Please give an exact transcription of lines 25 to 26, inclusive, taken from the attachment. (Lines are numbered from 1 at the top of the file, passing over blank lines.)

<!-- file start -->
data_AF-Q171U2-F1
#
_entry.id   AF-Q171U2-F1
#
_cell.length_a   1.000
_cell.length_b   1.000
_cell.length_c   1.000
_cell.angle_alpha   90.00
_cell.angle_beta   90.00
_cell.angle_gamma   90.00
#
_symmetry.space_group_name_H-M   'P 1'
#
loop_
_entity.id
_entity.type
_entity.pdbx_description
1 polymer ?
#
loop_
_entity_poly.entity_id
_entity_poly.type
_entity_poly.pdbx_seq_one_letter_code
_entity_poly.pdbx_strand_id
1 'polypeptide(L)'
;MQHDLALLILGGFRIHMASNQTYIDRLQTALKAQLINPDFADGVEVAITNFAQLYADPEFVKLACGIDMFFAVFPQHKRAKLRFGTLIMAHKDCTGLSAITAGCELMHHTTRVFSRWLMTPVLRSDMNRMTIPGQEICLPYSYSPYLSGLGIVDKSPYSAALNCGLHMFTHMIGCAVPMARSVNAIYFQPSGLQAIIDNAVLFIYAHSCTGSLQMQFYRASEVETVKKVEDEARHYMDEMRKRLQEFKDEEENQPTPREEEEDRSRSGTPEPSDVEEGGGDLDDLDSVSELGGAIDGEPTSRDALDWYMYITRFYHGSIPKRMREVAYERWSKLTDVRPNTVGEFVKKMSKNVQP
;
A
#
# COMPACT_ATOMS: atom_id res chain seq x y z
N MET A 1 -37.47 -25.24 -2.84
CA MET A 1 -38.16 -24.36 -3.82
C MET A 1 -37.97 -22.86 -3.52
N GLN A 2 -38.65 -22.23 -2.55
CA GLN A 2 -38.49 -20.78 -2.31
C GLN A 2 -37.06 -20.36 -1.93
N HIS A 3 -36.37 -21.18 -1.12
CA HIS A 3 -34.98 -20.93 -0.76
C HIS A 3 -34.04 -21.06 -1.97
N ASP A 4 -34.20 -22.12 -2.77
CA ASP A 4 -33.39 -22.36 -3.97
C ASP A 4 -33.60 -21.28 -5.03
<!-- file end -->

1 'polypeptide(L)'
;MQHDLALLILGGFRIHMASNQTYIDRLQTALKAQLINPDFADGVEVAITNFAQLYADPEFVKLACGIDMFFAVFPQHKRAKLRFGTLIMAHKDCTGLSAITAGCELMHHTTRVFSRWLMTPVLRSDMNRMTIPGQEICLPYSYSPYLSGLGIVDKSPYSAALNCGLHMFTHMIGCAVPMARSVNAIYFQPSGLQAIIDNAVLFIYAHSCTGSLQMQFYRASEVETVKKVEDEARHYMDEMRKRLQEFKDEEENQPTPREEEEDRSRSGTPEPSDVEEGGGDLDDLDSVSELGGAIDGEPTSRDALDWYMYITRFYHGSIPKRMREVAYERWSKLTDVRPNTVGEFVKKMSKNVQP